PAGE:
Parents are up in arms in response to George Osborne’s rumoured move to scrap free school meals to infant school pupils in the November spending review, but the likes of Babybel, Mini Cheddars and Petits Filous could well be breathing a sigh of relief.

Kids lunchbox occasions – which these brands are closely tied to – fell drastically (28.6%) following the implementation of the scheme by former deputy prime minister Nick Clegg, with 4.3 million five to seven-year-olds becoming eligible for free school meals in September.

Their removal has the potential to force this trend into reverse – opening up a huge opportunity for grocery suppliers to fill the gap for nutritious and well-balanced meals for kids.

But brands and retailers have to tread carefully. After all, the war on sugar is raging and schools aren’t above sending in the lunchbox police to investigate what’s hiding in your little darling’s prized Frozen or Star Wars (or in my case, Spice Girls) lunchbox.

Crisps, chocolate and biscuits are among the most illicit of treats but even those long considered healthy – such as juice, yoghurt and some fruit snacks – are coming under scrutiny owing to their sugar content. This means brands have to be savvy about what they are pitching to the lunchbox market and how.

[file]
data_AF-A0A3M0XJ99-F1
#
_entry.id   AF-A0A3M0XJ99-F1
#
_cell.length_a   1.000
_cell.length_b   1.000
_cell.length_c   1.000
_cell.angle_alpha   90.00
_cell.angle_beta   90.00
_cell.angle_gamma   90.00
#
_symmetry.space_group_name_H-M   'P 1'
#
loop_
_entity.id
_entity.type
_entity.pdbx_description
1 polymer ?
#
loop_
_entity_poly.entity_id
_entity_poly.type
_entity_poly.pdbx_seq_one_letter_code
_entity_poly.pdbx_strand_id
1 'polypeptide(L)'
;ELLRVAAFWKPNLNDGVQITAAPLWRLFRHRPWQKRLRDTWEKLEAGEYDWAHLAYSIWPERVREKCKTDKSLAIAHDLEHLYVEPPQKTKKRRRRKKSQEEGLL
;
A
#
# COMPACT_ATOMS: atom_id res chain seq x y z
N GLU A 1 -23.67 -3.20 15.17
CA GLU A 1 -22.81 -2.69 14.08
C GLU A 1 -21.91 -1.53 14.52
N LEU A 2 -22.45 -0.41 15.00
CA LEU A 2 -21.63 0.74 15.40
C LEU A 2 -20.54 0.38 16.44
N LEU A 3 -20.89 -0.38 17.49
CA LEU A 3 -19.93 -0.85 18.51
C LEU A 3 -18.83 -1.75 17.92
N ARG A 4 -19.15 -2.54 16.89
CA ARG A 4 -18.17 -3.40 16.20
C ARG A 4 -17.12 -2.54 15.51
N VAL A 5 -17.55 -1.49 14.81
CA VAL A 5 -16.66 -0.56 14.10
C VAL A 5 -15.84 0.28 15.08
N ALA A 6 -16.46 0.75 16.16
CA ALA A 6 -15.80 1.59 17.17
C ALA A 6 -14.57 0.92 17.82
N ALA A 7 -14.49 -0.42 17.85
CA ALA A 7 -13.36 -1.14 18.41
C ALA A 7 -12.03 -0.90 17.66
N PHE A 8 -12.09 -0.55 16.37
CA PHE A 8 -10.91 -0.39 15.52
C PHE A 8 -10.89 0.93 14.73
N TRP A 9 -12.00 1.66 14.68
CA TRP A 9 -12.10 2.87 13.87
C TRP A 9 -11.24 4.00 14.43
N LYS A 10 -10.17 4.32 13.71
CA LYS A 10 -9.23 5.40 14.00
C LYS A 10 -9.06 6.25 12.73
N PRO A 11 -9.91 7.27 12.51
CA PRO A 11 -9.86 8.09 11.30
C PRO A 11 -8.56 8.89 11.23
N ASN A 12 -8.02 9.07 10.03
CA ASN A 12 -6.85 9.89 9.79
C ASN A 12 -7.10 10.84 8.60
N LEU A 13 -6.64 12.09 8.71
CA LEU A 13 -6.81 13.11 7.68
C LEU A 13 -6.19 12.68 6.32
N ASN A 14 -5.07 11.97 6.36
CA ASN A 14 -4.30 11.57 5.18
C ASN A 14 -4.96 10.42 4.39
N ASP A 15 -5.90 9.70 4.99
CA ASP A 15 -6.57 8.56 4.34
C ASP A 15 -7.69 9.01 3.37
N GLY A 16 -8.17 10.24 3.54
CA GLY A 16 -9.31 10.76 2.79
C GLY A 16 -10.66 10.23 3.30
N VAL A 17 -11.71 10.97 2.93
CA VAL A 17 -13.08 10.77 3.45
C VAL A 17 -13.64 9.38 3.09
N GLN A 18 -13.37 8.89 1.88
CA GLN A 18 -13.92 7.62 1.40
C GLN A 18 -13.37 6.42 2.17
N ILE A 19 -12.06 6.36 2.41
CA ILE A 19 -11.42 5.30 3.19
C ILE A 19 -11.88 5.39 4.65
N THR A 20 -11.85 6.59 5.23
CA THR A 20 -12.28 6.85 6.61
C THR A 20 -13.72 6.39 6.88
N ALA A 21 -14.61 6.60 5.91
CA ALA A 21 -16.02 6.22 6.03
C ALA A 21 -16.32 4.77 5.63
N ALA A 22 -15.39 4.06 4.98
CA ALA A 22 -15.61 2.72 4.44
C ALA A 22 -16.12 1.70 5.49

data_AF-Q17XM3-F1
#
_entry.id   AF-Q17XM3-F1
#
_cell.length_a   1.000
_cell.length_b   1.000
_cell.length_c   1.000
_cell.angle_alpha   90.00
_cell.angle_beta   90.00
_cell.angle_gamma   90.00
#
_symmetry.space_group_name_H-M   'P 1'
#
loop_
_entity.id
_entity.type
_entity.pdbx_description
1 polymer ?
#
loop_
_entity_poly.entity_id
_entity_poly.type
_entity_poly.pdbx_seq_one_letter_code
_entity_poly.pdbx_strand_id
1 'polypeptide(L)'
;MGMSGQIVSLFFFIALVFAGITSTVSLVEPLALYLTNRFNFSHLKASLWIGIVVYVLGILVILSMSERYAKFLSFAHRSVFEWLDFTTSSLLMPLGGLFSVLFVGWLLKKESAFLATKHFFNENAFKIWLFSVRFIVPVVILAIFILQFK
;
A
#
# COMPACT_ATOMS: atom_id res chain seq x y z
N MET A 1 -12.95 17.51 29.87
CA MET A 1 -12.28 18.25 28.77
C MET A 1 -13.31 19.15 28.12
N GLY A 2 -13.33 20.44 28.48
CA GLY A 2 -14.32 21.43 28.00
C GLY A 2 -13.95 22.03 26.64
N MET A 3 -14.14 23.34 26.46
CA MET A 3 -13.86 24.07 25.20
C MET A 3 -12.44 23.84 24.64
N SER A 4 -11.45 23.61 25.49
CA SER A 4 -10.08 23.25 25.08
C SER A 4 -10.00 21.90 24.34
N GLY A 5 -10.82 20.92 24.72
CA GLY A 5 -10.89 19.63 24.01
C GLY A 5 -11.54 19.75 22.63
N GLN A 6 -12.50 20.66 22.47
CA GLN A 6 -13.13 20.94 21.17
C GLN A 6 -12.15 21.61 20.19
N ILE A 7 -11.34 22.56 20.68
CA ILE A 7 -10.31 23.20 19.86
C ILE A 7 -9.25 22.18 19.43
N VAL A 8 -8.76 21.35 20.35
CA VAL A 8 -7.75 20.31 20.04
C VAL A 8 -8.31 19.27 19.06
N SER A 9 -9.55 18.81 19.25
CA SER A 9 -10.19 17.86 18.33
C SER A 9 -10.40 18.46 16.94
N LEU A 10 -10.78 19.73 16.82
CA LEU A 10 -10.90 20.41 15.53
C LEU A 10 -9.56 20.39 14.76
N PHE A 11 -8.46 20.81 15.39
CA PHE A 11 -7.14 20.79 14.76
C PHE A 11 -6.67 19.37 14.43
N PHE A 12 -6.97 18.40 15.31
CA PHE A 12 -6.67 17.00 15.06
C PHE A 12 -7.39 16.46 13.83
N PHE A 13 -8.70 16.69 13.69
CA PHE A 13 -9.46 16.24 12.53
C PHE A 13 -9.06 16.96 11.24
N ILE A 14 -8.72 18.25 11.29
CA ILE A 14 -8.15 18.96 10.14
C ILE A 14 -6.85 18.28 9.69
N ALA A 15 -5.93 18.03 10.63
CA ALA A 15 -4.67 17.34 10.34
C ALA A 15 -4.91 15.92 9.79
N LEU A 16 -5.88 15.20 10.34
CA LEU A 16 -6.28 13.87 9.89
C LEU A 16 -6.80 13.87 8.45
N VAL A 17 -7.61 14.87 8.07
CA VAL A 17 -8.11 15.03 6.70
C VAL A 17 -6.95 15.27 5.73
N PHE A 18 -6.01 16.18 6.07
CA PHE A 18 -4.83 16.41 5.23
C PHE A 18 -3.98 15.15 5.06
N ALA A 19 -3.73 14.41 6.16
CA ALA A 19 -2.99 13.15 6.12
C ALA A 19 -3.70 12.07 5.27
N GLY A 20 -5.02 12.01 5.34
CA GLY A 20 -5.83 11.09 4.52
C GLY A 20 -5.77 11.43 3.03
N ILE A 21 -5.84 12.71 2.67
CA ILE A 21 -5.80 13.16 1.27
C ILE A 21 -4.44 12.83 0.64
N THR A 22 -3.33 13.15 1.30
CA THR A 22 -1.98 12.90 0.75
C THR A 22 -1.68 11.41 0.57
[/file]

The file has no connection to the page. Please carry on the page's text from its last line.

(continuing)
Some may require a complete overhaul of ranges, recipes or a hefty bout of NPD to make this work, offering up a great opportunity to reinvent a brand. For others, it’s simply a case of positioning – joining forces with a popular character or repositioning as a snack or lunch accompaniment.

Getting it right can open up a wealth of opportunities. Mini Cheddars, for example, highlight the fact they are baked, not fried, meaning they’re seen as a healthier alternative to some crisps. As a result, they have seen sales rise 8.5% by value, according to our 2015 Britain’s Biggest Brands. Meanwhile, Coca-Cola Enterprises’ Oasis and Capri-Sun drinks have added nearly £15m in sales between them.

Some have even taken it one step further, garnering schools’ approval for their products, such as JuiceBurst, which claims its ‘schools-approved’ range is now worth over £2m.

Parent approval is also key. Not only do brands need to tick the health box, but being quick to prepare is just as important. When I was at school, Dairylea Lunchables did this brilliantly – they were cool for kids but also provided a huge win for parents by being ready-to-go. In time, I could see a bold brand take this one step further and create an entire lunch pack that can simply be slipped into a rucksack, ready for the day ahead.

All in all, there should be plenty of tasty opportunities for brands as we gear up to the November spending review.